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Plans afoot for new management journalism service

Last August, amidst all the speculation over the Observer’s future, we reported how academics and business figures were threatening to cancel their subscriptions to the Sunday newspaper, following the decision to axe Simon Caulkin’s Observer Management column. Guardian News and Media never re-instated Caulkin and a letter of complaint from nearly 100 leading authors and academics went unpublished.

Perhaps unsurprisingly, the Observer did not later report how the Work Foundation had named Caulkin columnist of the year at the end of January. As noted by Private Eye in its latest issue (1255): “Newspapers usually trumpet awards their writers win. But the Observer and the Guardian were strangely silent…”

Philip Whiteley, management author, blogger and editor of the Human Capital Forum, who spearheaded the Caulkin complaint, has now launched a new campaign: for more effective coverage of management in UK media.

“It is also a reaction to the feeble coverage of the Kraft-Cadbury merger in mainstream newspapers in which business journalists repeatedly refused to put any tough questions to the Kraft or Cadbury leadership on the very high risks and integration costs that mega-mergers involve,” he said.

Whiteley believes that in reporting the Kraft-Cadbury merger, journalists focused on finances and the offer price rather than management challenges.

“The error common to the banks and the Kraft-Cadbury affair is to imagine that the management task, even though it is responsible for delivering the vast bulk of the returns from investment strategies of banking employees, or take-over activity respectively, is still bizarrely regarded as a junior matter, not front-page material,” Whiteley argued in a recent blog post, criticising both the Financial Times’ and the Telegraph’s coverage.

The new management project will collect blogs and other web news sections and launch a ‘blog of blogs’ – “a summary from the management blogosphere”.

Whiteley will circulate this to the Human Capital Forum’s database (16,000 subscribers) on a monthly basis, with the possibility of extending that to the databases of all participants.

“The aim is to provide more critical coverage of governance and management in the public and private sectors,” Whiteley said.

He cited a comment left on his blog, as another prompt for the new network:

“There was a time when papers like the FT and others had the expertise and inclination to dispel the myths of uttered corporate statements. Alas, no longer. The institutions that were supposed to be ever vigilant and fearless are now content to simply cover the passing parade. One has to read the right blogs and the right books to get any sense of objective insight into what’s going on. A real shame.”

Human Capital Forum has listed some online management resources here: http://www.humancapitalforum.com/links/index.php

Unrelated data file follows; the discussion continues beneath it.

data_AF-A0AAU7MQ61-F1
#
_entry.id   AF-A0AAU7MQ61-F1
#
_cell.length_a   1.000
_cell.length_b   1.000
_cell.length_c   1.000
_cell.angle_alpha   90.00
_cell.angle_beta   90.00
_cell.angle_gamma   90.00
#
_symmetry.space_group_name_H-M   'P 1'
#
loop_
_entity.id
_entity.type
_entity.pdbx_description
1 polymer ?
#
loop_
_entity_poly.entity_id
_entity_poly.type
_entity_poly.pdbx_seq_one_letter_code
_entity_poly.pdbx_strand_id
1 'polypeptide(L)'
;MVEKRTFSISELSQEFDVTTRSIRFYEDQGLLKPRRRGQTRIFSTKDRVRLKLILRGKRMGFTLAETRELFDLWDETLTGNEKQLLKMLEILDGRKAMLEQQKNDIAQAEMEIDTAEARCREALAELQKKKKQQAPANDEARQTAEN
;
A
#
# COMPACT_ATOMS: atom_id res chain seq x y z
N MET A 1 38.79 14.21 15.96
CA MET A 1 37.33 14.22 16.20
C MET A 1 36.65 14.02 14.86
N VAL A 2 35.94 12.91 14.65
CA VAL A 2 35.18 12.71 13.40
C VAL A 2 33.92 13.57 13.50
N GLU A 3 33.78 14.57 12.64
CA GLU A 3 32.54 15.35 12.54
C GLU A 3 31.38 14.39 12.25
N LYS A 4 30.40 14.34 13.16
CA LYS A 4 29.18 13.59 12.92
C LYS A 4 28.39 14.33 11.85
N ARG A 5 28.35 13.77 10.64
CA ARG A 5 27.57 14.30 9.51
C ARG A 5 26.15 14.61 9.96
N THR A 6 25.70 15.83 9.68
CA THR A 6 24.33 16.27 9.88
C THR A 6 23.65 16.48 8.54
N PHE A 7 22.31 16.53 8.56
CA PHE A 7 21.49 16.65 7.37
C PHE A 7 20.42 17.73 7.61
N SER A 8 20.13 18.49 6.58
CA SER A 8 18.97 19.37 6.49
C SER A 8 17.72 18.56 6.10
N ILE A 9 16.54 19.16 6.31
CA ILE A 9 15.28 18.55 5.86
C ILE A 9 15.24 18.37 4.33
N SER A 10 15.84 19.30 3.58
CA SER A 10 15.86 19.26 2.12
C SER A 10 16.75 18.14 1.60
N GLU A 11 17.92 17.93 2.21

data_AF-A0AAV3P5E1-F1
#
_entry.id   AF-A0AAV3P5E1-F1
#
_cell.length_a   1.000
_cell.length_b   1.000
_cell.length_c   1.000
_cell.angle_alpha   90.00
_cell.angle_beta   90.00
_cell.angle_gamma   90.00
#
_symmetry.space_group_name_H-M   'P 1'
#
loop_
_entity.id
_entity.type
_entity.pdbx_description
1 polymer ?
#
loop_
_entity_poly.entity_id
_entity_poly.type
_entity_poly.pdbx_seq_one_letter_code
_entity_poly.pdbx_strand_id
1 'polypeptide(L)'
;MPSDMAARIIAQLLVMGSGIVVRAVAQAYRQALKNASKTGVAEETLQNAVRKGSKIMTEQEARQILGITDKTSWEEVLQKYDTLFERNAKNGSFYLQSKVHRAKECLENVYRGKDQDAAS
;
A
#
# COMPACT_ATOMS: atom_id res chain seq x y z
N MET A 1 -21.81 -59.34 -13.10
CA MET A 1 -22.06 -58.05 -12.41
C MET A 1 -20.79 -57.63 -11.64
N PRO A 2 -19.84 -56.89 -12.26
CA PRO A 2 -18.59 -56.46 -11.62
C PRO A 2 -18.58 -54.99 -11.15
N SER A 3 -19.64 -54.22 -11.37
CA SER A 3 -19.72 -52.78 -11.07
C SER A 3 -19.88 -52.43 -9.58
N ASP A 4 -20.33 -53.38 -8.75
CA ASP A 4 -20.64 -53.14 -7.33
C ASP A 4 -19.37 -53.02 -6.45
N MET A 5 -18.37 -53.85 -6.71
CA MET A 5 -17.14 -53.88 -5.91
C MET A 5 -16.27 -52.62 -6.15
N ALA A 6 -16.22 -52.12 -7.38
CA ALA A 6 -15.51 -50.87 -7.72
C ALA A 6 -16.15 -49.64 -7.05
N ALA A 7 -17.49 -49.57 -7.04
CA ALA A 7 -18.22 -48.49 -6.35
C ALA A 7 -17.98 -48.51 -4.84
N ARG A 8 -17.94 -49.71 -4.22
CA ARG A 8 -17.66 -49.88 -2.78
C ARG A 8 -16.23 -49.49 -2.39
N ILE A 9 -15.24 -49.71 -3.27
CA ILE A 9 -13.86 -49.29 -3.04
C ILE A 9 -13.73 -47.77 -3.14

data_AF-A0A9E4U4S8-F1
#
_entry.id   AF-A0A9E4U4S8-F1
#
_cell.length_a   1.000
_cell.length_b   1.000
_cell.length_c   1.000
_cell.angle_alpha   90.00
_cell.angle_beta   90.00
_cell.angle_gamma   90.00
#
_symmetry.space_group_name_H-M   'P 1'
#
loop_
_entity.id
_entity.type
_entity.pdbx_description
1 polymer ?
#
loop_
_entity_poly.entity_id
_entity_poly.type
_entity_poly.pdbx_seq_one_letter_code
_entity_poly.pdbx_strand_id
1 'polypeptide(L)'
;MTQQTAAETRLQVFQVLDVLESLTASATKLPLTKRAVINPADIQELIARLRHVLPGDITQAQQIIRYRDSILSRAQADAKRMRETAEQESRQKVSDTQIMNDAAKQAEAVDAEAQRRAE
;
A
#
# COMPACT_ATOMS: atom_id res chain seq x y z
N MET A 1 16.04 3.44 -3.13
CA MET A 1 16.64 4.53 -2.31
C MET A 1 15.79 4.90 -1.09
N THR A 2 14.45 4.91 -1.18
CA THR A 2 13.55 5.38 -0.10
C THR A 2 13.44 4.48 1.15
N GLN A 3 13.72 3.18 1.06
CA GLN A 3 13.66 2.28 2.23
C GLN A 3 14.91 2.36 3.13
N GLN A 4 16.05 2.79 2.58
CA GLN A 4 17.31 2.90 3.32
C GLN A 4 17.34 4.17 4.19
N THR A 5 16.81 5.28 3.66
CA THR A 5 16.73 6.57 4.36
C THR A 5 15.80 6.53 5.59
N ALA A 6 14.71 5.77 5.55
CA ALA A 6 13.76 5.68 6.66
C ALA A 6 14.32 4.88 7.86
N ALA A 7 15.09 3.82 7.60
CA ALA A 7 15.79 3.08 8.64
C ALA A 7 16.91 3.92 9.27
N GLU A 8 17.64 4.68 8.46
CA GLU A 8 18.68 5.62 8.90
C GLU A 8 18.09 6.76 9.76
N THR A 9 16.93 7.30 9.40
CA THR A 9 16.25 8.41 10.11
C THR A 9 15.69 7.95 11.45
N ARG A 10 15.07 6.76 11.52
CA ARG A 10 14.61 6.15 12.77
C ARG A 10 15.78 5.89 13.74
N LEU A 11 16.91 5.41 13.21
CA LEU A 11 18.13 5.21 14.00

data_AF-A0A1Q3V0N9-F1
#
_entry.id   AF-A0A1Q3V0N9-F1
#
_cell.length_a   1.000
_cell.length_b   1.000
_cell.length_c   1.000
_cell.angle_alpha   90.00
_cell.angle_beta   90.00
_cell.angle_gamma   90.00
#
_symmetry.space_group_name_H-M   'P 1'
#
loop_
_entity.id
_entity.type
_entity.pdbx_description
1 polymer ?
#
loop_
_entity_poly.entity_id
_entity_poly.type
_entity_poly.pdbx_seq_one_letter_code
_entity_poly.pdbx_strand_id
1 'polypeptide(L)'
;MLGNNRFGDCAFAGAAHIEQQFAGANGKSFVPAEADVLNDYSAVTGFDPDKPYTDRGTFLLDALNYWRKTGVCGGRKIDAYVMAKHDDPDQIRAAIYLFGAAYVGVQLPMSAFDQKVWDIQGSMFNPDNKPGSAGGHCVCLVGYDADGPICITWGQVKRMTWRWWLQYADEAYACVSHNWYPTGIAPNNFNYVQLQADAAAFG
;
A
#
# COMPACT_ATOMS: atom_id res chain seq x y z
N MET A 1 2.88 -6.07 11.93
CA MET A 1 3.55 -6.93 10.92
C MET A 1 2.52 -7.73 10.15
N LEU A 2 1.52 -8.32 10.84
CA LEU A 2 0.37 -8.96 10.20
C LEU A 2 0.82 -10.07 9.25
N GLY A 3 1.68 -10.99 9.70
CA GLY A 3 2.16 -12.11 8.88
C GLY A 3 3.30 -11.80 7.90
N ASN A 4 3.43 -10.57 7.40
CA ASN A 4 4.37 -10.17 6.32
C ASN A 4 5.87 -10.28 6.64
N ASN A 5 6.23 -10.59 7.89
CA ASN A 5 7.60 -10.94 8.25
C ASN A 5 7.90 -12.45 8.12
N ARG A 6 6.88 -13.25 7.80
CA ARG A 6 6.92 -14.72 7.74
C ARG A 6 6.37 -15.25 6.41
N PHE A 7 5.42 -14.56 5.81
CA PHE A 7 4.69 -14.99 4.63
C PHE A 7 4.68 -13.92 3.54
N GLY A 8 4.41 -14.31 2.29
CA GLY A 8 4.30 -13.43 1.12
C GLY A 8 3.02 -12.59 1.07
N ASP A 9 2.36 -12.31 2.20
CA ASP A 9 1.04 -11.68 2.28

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  • http://none Clive Bone

    The problem is that the management of material and human resources is not understood, lacks status and is not on the radar of journalists and politicians. Many moons ago Sir John Harvey-Jones remarked that the desk-flying consultants he used were being paid more than he was as head of ICI.

    The result of this indifference to making things work is low productivity, endemic failure in Whitehall and industrial decline. There are exceptions, particularly in construction, but the general picture is poor. Maybe the business schools should be doing more here.

  • John Carlisle

    Philip
    I could not agree more. The coverage is largely simplistic and, with the exception of William Keegan every now and then, lacks analysis. Also, The Guardian, in particular, can be very complacent. Their report of their assembled panel that reviewed the Boorman report on the NHS was nothing less than an exercise in unctuous back-slapping. My comment, in an unpublished letter to the paper was: “I am astounded at the extent to which the panel of experts has accepted the overall “corrective” as opposed to preventative bias in the Boorman Review – as summarised in Healthy Concerns (February 3rd). And I am in despair at their agreement with the ninth recommendation, which includes the ludicrous pronouncement that musculoskeletal and mental health conditions are the main causes of ill-health in the NHS workforce. So, nothing to do with the way things are organised then?
    How can a condition be a cause? Where is the demand by the panel for systemic causes? The very least they could have done would have been to go back to the brilliant study conducted by Prof Reg Revans about fifty years ago. He concluded that the length of in-patient stay was directly correlated to staff turnover, morale and absenteeism; and that the linking factor was the availability of timely nursing information. In my experience of the NHS this is still the case. Did the panel even consider this, or any other, systemic possibility? If not it is very, very, old thinking.”
    Finally, the only paper to report the death of Russell Ackoff properly, if at all, in the USA and UK was The Economist. Not much hope there either, then.

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